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amoreno06's avatar

Should i go to University or Work?

Asked by amoreno06 (363points) May 12th, 2009

Should i move out from the suburbs and live in chicago to go to a university i’ve already been accepted to and try and make it on my own, paying rent and such with probably a low paying job
OR… stay at my decent paying job and live with my parents while going to community college? my dad got laid off and i could help my mom out with bills but i’d be stuck in suburbia living under their rules still and still going to community college.
my job pays pretty well and i just got a raise. i have to decide within two months. i have no idea what to do. i want to help my mom out, but i also have to decide what’s best for me. idk if leaving a decent job is a wise decision in an economy such as this.

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15 Answers

asmonet's avatar

Do what I’m doing, CC for two years while you live at home and stockpile as much money as you can, then GTFO to University.

Dog's avatar

I agree with @asmonet

Les's avatar

Living in Chicago would be quite expensive (I’m thinking you are talking about DePaul or something like that). Unless you live in a dorm, you should expect to pay quite a bit for rent. However, if what you want is a university degree, then I’d say to take advantage of it while you can.

Simone_De_Beauvoir's avatar

You have to do what’s best for all of you – I’d stay to support my parents but communicate to them I want none of their crap any more as I had a choice to leave

amoreno06's avatar

i forgot to mention that i went to community college for two years already and got my associate’s in general studies…idk if that changes how you could respond to my original question.

Dog's avatar

Unless the job you are in is one you would want to spend the rest of your life doing and has a lot of room for advancement for a person without a University degree do NOT stop attending classes.

cwilbur's avatar

Can you get qualified for the sort of job you want by going to that community college?

What you’re asking, in essence, is, “I have a certain amount of money (and time) to invest. Is it better to spend some of it living comfortably now, and get a lesser return in the end, or to invest all of it now, and get a better return in the long run?”

A community college degree is not the equivalent of a four-year university degree. Community colleges have a different mission than state colleges and universities do, and they provide very valuable resources. But they’re not the same. So you need to decide whether your goals need a four-year degree or not.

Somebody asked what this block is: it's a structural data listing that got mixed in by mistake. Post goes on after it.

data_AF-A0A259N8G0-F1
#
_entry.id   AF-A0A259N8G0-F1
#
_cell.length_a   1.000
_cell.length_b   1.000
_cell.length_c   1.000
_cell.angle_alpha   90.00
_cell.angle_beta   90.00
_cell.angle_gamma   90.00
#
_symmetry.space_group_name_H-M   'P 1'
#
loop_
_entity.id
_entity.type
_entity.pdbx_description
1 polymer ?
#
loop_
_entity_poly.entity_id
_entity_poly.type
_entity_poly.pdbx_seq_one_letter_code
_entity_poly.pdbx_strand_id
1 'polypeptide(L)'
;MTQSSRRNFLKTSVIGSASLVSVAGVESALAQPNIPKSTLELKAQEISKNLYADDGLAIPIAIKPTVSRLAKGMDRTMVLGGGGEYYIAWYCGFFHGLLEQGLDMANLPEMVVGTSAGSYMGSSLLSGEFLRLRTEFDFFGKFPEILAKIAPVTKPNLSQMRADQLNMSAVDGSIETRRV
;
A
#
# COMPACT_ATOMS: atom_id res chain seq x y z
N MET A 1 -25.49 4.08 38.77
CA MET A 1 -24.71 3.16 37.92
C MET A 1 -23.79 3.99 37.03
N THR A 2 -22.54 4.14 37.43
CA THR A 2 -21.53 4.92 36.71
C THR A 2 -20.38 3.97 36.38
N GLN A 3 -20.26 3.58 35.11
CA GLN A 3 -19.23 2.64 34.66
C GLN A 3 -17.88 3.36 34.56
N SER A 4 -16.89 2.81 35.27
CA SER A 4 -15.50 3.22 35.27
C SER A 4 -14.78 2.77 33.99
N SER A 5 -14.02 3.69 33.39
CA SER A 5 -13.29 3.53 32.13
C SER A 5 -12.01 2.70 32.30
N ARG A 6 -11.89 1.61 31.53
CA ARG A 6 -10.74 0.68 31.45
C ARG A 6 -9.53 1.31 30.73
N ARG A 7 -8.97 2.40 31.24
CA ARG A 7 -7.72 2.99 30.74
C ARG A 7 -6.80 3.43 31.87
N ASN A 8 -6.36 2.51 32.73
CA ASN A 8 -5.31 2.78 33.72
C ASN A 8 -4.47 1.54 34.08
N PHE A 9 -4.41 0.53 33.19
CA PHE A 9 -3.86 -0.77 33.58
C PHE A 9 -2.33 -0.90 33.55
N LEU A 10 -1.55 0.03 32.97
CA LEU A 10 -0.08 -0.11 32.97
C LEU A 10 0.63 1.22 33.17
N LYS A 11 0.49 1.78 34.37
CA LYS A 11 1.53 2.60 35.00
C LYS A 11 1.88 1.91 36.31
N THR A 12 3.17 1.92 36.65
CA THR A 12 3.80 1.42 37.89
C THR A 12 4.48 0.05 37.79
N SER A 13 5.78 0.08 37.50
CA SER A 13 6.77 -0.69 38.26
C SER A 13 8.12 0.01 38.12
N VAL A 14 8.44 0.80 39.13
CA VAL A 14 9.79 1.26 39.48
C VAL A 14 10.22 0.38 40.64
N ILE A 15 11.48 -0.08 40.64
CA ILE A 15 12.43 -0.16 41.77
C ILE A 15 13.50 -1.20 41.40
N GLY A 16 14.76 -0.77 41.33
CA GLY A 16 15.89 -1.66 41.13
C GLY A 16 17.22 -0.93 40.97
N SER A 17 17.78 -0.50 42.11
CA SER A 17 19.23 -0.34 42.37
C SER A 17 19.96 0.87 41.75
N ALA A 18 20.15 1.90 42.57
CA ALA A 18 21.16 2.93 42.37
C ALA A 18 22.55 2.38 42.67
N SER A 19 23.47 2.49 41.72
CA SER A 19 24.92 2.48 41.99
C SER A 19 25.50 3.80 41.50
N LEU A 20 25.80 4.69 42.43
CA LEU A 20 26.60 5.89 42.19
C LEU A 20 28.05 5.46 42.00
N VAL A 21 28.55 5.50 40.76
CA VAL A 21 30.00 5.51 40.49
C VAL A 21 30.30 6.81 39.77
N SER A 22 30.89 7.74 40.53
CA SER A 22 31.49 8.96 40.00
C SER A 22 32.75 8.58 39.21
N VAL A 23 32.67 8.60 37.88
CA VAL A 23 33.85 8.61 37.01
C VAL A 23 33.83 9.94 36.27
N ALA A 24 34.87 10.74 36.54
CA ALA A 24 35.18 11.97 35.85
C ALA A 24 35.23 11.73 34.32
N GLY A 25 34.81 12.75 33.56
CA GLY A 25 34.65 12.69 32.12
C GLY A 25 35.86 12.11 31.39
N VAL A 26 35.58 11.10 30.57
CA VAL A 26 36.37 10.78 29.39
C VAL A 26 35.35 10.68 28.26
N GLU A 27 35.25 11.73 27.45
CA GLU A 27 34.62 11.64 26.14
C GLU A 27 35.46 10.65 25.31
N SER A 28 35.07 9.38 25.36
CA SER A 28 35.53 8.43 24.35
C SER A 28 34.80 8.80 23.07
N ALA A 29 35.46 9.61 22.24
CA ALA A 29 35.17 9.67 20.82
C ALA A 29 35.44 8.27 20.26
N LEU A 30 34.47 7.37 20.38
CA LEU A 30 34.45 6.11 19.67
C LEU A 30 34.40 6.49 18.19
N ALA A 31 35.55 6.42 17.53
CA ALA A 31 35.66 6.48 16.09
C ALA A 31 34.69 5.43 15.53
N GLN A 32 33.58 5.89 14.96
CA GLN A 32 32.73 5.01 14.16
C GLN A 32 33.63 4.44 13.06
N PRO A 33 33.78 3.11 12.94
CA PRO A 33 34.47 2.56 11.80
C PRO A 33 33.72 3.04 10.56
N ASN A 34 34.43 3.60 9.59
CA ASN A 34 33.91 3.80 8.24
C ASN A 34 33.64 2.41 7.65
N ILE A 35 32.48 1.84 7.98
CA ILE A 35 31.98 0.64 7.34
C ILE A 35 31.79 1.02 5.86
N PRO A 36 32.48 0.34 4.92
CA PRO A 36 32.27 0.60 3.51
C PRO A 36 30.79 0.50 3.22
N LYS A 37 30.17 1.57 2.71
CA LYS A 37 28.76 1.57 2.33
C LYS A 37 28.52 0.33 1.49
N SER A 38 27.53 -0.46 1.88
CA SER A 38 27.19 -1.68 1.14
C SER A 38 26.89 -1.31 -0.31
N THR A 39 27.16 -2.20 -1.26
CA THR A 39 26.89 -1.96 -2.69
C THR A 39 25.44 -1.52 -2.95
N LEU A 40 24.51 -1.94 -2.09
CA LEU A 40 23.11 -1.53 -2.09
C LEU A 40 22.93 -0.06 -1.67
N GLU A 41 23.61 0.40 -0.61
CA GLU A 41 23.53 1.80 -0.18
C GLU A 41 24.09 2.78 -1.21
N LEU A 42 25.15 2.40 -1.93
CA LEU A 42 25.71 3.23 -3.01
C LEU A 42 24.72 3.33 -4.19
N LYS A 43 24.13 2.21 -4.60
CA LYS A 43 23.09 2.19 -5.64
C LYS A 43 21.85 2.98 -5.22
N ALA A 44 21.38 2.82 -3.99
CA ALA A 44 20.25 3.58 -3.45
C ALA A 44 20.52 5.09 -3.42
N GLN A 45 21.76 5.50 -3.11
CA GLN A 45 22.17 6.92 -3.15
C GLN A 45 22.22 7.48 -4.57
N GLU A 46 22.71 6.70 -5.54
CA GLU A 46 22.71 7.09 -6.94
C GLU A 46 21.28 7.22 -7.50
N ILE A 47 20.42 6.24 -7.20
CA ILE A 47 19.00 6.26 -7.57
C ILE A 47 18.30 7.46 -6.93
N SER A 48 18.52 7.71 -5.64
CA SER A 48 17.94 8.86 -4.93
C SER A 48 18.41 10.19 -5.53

Also, you need to take the long view on this. In the absence of any goals, it is foolish to give up a decent job in this economy. But it’s foolish to give up a decent job in any economy, and in this case especially you need to take the long view: if you want to be a lawyer, or a teacher, or a registered nurse, or anything else that requires a four-year degree, you’re going to have to get that four-year degree. And the earnings you make after you get the degree, over the course of your lifetime, will probably dwarf anything you might have lost by giving up the job you currently have.

wundayatta's avatar

Ask your parents what they want for you. You don’t have to read their minds. If they want you to go to university, they will find a way to care for themselves. You just have to make sure they tell you if things are getting really tight.

The best thing you can do for your future life, and for the future life of your family is get as much education as you can. Every degree you get means several thousand dollars more per year in income, and that quickly outpaces the income you’re making now, especially if you’re spending it all. A little sacrifice now means a lot of gain later.

amoreno06's avatar

@daloon my mom tells me not to move out and not to go to school but instead to help her out because of my dad’s situation. i don’t think she’s asking much. just to delay college for a year. she’s been stressing out because of my dad’s medical stuff and now because of his being laid off.

wundayatta's avatar

Well, then, if you haven’t already done so, see if you can defer entry for a year. They will probably be understanding, especially under the circumstances.

amoreno06's avatar

@daloon i hadn’t thought of that. i’ll talk to the school. thank you so much.

RedPowerLady's avatar

I think staying and supporting your parents while stockpiling the money you save going to a Community College is a great idea. My caveat is that I would pay rent to my parents to help them out AND more importantly so I wouldn’t have to obey their rules. You deserve some independence.

YARNLADY's avatar

First, sit down by yourself, take a piece of paper, and draw a line down the middle. Then write pros and cons at the top. On one side, write all the pros and cons of staying, on the other side of the paper, write the pros and cons of going.

Now sit down with the parents and discuss with them.

If you are going to stay, get them to agree that you are an adult now, and you will live as a roomer in the house, with fewer rules and more responsibilities.

ccbatx's avatar

University. After that, you’ll have your whole life to work. It’s a win-win situation=)

l2l2's avatar

Right now the best thing to do is to go to college because if you dont than you wont find a good go to university and trust me after that you will find a job that fix ur college scheduale.

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